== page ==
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SEPTEMBER 28, 1912
RENTALS AND FREEHOLD VALUES IN 125th STREET
High Prices Paid By Merchants for Antiquated Storesâ€”Some Indications
That Point to a Reconstruction Movementâ€”Influence of New Transit.
IF any New Yorker who knows his New
York were asked what street, in proÂ¬
portion to Its local prominence and its
transportation facilities, presents the
most unattractive, even dilapidated, apÂ¬
pearance, he would name off hand
Harlem's busiest thoroughfare, 125th
This would not be very complimentary
to property owners on the street, nor flatÂ¬
tering to the civic pride of Harlemites.
But It would, nevertheless, be quite true.
Harlem's greatest business thoroughfare
Ss more of a real estate paradox than
Fourth avenue was in 1905 or Times
Square in 1895. The evidences of a reÂ¬
markable period of reconstruction, so
plainly discernible all over New York, and
naturally to be expected on so prominent
a crosstown thoroughfare as 125th street,
are here entirely lacking.
What has contributed to this unusual
condition, and how long will it continue?
Of these, the latter question, of course.
street as a wide through crosstown arÂ¬
tery, and the car service supplied by the
Second avenue surface line and the HarÂ¬
lem railroad were beginning as early as
1868 to have some influence in directing
the drift of population.
In 1879 the Third avenue elevated line
was extended from 89th street to 129th
street and the express service established
later in the year. This same year also
marked an extension of the Sixth avenue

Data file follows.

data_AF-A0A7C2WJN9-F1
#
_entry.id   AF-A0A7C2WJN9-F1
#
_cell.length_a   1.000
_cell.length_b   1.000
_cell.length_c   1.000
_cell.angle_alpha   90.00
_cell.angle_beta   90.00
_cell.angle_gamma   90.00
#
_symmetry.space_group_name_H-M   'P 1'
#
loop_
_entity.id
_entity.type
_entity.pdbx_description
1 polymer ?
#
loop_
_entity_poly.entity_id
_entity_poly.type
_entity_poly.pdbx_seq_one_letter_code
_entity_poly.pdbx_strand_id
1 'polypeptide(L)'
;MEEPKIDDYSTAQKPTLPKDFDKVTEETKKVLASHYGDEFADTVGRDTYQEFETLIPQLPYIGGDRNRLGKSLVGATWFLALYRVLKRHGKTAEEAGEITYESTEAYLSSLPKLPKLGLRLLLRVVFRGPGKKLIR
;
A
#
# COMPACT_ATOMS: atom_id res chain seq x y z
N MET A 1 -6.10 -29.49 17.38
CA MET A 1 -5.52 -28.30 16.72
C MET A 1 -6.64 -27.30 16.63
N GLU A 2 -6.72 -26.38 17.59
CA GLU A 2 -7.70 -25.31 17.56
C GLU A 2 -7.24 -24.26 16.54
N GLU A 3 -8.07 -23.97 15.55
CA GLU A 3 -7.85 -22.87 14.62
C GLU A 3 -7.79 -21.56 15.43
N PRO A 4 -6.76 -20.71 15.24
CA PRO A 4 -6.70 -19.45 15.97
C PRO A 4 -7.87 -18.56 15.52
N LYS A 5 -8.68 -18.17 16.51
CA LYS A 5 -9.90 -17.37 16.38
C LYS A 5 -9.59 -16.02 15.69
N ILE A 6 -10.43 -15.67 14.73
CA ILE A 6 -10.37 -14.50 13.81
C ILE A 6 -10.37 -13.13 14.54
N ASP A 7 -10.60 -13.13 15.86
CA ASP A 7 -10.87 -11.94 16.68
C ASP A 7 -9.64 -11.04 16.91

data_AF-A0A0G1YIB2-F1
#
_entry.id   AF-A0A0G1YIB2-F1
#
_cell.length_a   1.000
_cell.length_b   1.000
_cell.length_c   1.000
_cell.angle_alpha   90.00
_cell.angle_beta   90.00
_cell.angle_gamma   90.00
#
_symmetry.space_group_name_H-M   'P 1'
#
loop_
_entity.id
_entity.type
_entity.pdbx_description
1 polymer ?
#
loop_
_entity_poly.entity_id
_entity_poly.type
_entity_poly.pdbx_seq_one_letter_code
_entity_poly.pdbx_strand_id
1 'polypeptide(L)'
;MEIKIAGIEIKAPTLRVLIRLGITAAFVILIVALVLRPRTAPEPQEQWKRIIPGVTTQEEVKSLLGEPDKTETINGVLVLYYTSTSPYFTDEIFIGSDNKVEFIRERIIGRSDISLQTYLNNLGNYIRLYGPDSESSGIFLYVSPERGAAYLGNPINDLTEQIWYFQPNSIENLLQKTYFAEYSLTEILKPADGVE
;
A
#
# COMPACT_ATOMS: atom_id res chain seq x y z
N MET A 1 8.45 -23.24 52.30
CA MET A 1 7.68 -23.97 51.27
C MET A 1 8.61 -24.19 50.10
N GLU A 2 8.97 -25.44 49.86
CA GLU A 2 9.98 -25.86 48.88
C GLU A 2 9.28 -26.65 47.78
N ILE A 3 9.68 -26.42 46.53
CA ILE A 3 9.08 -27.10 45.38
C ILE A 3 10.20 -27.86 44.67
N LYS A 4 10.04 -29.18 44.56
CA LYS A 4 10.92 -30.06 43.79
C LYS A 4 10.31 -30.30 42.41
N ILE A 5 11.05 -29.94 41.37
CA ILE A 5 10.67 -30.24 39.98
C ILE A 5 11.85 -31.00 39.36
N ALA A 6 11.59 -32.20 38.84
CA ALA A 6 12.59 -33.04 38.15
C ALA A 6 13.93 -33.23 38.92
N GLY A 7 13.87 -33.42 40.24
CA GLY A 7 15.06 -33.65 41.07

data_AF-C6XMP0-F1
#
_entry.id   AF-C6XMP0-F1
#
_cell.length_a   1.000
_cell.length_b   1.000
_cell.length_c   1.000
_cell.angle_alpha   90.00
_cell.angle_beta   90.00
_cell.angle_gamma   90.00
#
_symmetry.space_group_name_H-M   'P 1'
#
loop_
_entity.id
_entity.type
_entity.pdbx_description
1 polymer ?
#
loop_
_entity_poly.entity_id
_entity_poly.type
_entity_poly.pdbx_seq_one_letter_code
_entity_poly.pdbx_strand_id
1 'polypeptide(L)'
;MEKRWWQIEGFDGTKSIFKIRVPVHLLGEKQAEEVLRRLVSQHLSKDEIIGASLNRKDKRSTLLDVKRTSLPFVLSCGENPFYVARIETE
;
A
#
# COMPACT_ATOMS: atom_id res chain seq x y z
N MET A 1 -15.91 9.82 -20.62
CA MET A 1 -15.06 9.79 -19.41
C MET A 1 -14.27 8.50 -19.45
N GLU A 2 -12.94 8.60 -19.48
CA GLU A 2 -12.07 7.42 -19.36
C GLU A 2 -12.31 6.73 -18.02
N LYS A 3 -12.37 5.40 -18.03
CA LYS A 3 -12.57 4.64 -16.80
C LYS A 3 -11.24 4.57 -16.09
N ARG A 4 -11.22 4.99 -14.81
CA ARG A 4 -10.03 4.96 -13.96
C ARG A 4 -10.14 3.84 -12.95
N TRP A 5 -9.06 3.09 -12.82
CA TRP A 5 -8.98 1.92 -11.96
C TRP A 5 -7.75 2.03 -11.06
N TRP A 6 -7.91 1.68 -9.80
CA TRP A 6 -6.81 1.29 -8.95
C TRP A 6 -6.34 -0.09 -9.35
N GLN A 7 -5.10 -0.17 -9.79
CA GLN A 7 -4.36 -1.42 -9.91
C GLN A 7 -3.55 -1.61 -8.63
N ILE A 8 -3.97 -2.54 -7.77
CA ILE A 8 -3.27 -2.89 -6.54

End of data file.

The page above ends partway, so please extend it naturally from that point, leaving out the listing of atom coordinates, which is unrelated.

line from 104th street and Ninth avenue
to 125th street and Eighth avenue, and
a year later the Second avenue elevated
cars were pushed northward from 67th
street to 129th street.
It is important to observe that as late
as 1880 125th street was one of some
thirty-odd streets, between 59th and 134th
streets, that were, either in part or in
whole, not legally opened.
But the extension of the elevated lines
to 125th and 129th streets, at both_Third
and Eighth avenues, had a marked influ-
The great future in store for this thorÂ¬
oughfare was, as has been said, early
impressed on the moving spirits of the
real estate market twenty-flve years agoâ€”
to such an extent, indeed, that the tenÂ¬
dency to establish and maintain a high â–
grade of values became a flxed habii;.
Since the early '90s comparatively few
sales have been made between Third jmd
Eighth avenues. There are today beÂ¬
tween Madison and Eighth avenues probÂ¬
ably not more than two dozen separate
ownerships. This same dominating idea^
the future greatness of this thoroughfare
â€”was responsible two deca^aes ago for the
character of the improvements. Owners
appear to have thought it the wisest plan
lo improve with taxpayers or comparaÂ¬
tively inexpensive structures.
Meantime the re-narkable growth ot
local business has make possible a scale
of rental values out of all proportion to
the character of the improvements, and
it becomes an interesting question how
LOOKING WEST ON 123TH .STREET. FROM LENOX AVENUE,
SHOWING TRANSITION CHARACTER OP HIGHEST CLASS
LOOKING WEST FROM THIRD AVENUE. A LIVELY SHOPPING
AND AMUSBME.NT CENTER FOR lADJACENT POPULOUS
is the more important. But it Is interÂ¬
esting, nevertheless, to trace the causes
which have created out of this untown
thoroughfare one of the city's best-known
and highest-priced arteries of trade, and
incidentally to account for constructional
backwardness out of all keening with the
prevailing high fee and rental values.
Harlem at an early stage in the city's
development had its own corporate exÂ¬
istence and maintained it for a considerÂ¬
able period after farm lands on the outÂ¬